Anthony Christiani and Dr. Areck Ucuzian

Anthony Christiani knows he’s lucky to be alive.

While standing in his kitchen during the summer of 2018, he felt a sudden, sharp pain in his lower abdomen.

“It was like someone shoved a knife in and disemboweled me,” the 58-year-old retired Frederick, Maryland resident said. “It knocked me to my knees.”

Moments after arriving at a local hospital, he began excessively sweating and became lightheaded. Tests revealed Christiani had experienced a double whammy: a ruptured, softball-sized abdominal aortic aneurysm (AAA), followed by a heart attack. Both are life-threatening conditions.

“As soon as I knew I was being transported to University of Maryland Medical Center, I knew I had a chance to survive,” Christiani said.

Nine years ago, doctors at the University of Maryland Medical Center saved his father’s life during a pancreatitis attack. The hospital had the experience and the expertise to now save his, Christiani said.

Areck Ucuzian, MD, PhD, Assistant Professor of Surgery at the University of Maryland School of Medicine, specializes in vascular disease and knew as soon as Christiani arrived via helicopter that surgery was necessary.

First, Dr. Ucuzian repaired the aneurysm. Next, Mark Vesely, MD, Associate Professor of Medicine at the University of Maryland School of Medicine, placed three stents in Christiani’s heart to open the clogged blood vessels that caused his heart attack.

Because Christiani had just experienced a heart attack, he could only receive local anesthesia. 

“I could hear the doctors and the urgency in their voices,” he recalled. “I knew it was serious. On the table, I said to myself, ‘I’m not leaving this world today.’”

Abdominal aortic aneurysms occur when the aorta, the largest blood vessel in the body, weakens and bulges. Ruptures can cause life-threatening bleeding. These types of aneurysms can also force blood away from organs and tissues, leading to heart attacks, stroke or even death. In these emergent situations, immediate treatment from a vascular specialist is essential.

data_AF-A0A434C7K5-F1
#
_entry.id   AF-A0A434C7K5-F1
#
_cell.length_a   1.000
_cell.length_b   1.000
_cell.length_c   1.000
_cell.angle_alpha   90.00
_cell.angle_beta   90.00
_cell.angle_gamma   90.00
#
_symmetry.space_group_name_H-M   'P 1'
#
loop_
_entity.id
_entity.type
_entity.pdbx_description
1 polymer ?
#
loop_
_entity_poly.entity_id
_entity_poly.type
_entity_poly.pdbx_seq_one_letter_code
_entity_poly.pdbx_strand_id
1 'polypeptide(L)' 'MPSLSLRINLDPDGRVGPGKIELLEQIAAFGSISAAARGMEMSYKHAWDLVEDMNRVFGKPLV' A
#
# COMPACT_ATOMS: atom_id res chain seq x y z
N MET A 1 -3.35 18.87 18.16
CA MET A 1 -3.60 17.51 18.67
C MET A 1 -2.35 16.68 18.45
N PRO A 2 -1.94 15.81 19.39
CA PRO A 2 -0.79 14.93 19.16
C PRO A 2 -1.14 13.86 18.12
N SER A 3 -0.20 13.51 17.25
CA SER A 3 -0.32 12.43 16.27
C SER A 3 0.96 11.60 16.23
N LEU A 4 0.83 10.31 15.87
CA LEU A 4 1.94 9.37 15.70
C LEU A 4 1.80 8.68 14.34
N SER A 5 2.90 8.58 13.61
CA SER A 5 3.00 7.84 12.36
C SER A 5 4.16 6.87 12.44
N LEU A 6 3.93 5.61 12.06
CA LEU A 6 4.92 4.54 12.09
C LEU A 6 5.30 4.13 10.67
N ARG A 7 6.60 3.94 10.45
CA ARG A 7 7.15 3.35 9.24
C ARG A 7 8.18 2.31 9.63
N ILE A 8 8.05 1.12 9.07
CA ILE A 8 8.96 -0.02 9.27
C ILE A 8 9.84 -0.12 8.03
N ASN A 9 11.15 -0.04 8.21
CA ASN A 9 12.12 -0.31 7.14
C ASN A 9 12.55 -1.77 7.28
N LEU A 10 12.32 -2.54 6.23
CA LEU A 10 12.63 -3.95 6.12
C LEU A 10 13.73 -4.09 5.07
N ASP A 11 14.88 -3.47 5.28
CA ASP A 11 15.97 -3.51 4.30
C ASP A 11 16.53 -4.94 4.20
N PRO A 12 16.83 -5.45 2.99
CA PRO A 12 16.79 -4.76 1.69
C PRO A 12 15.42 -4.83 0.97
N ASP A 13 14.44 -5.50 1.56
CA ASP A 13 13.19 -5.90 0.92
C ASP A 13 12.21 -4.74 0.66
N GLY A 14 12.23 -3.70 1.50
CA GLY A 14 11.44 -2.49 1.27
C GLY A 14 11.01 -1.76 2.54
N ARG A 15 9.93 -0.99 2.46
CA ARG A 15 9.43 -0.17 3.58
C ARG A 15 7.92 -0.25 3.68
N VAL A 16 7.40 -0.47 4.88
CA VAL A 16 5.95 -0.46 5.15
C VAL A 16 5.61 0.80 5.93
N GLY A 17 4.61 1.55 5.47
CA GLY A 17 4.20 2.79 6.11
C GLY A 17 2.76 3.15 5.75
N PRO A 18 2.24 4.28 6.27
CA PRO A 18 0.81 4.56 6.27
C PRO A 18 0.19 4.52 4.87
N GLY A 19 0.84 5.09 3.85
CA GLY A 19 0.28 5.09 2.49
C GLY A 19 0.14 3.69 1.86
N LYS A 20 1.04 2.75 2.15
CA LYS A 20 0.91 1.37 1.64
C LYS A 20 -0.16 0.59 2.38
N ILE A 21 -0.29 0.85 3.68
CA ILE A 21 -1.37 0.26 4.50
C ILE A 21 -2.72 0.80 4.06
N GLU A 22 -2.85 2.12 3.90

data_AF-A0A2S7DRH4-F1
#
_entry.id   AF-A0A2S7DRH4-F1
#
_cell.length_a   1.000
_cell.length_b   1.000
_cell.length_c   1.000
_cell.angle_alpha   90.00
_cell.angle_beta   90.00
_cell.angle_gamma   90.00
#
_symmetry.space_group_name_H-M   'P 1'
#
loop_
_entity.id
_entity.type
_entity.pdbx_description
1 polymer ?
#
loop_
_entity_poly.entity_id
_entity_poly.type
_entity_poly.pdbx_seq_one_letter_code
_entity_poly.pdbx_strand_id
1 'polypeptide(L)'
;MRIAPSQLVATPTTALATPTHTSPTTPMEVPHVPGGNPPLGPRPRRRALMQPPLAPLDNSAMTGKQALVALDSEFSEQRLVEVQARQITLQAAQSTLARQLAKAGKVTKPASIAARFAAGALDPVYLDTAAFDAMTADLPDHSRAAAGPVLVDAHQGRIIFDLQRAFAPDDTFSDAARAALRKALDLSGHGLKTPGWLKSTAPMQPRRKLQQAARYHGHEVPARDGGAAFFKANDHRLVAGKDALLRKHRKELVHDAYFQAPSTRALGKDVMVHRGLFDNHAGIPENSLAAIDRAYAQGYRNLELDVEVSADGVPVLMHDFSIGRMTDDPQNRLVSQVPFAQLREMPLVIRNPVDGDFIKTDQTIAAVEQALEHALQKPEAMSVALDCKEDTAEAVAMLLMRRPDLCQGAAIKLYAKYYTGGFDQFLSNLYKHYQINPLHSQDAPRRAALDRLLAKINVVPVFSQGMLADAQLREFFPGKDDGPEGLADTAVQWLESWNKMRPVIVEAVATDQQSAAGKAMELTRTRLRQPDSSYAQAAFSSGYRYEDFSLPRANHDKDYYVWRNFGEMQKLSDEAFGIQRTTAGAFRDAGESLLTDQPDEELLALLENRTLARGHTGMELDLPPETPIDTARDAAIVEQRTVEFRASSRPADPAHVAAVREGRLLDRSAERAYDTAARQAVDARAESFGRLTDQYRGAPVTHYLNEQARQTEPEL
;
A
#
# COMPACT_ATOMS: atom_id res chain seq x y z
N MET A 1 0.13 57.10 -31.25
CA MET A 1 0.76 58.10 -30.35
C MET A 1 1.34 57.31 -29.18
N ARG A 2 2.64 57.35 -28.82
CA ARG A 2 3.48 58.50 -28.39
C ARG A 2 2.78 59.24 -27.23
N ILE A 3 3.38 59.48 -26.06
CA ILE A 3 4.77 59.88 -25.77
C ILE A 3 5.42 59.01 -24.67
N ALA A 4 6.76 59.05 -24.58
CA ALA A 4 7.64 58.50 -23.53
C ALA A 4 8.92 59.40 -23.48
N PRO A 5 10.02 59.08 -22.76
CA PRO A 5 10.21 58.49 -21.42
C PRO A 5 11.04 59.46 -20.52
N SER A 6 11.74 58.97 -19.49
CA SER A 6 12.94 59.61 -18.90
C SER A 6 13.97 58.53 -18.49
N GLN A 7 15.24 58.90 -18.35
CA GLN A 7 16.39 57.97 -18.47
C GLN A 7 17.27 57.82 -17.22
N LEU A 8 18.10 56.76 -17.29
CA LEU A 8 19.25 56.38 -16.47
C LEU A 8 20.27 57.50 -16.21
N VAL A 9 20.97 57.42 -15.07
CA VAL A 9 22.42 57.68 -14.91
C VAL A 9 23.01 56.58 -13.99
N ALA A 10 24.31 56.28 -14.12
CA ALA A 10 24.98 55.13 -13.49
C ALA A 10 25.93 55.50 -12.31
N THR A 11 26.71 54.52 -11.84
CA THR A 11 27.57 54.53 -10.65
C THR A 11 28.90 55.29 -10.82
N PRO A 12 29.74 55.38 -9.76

“The vascular specialists at the University of Maryland Medical Center have extensive experience repairing abdominal aortic aneurysms,” Dr. Ucuzian said. “In complex cases like Mr. Christiani’s, we employ a full, multidisciplinary approach to care. That means we have teams of cardiologists, cardiac surgeons, vascular surgeons, intensivists and rehabilitation specialists all working together to ensure our patients receive high quality, comprehensive care from the moment they arrive.”  

After the procedures, Christiani spent several days in the trauma center recovering. While there, he asked the doctors and nurses, “What are my chances of surviving this?’” 

“I told them not to sugar coat it,” he said. “They said, ‘The survival rate was in the single digits.’”
Christiani attributes his successful recovery to a higher power and the dedicated nurses and doctors at the University of Maryland Medical Center.

“I know something extraordinary happened,” he said. “And the quality of the nurses and doctors didn’t surprise me at all. The surprise is that I’m alive.”

He added: “I am truly humbled and forever grateful to the miracle workers who saved my life that day. I’m just trying to be patient, to be a good patient and to live in the moment.”